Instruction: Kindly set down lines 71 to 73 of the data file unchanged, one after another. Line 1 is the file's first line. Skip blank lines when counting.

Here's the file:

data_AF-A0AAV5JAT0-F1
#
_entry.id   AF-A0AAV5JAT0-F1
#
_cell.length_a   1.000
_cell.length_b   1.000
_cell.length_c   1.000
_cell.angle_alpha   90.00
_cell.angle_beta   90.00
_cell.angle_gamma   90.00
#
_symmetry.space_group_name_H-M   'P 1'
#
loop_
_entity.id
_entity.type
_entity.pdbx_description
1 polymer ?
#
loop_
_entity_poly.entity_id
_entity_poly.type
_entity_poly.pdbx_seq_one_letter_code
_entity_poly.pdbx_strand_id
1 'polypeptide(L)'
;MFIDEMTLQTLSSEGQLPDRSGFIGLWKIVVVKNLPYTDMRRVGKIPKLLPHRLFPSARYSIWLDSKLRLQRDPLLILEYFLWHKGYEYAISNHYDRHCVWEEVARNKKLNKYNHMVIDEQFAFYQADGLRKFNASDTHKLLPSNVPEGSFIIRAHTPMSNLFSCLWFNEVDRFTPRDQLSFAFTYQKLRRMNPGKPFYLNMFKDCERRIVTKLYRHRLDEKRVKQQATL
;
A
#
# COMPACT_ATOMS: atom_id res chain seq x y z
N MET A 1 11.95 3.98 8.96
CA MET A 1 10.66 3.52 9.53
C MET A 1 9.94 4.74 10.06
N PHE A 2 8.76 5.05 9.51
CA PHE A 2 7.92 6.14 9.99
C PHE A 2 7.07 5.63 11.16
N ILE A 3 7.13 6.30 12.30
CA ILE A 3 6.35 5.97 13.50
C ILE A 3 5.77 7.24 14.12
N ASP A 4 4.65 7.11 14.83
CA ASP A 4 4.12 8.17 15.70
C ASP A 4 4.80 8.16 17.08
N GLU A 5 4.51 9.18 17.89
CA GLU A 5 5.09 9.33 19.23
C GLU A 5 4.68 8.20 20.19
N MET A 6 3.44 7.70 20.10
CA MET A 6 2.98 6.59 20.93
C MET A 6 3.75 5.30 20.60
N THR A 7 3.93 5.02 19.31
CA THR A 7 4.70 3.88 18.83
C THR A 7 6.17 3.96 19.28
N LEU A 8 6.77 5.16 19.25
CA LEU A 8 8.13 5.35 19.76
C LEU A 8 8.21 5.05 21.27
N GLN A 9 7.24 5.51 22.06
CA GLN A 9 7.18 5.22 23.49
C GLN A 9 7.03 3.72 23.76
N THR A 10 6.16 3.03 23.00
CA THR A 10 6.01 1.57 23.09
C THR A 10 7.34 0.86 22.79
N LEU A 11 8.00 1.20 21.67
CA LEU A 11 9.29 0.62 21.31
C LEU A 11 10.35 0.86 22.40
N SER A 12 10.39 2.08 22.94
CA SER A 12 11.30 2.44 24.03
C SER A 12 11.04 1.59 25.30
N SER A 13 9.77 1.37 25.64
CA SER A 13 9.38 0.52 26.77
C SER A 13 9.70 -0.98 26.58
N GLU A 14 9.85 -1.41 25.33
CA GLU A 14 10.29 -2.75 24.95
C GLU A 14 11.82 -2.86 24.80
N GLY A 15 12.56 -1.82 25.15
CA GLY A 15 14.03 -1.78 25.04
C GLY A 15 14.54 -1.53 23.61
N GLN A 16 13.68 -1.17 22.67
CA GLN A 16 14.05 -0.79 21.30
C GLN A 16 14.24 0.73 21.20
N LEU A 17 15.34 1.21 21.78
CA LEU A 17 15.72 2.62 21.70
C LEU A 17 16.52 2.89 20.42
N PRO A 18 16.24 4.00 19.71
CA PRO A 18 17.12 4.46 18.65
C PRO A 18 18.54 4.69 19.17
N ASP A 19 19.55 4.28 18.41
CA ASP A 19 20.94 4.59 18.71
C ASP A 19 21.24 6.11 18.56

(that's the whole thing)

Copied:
CA GLU A 14 10.29 -2.75 24.95
C GLU A 14 11.82 -2.86 24.80
N GLY A 15 12.56 -1.82 25.15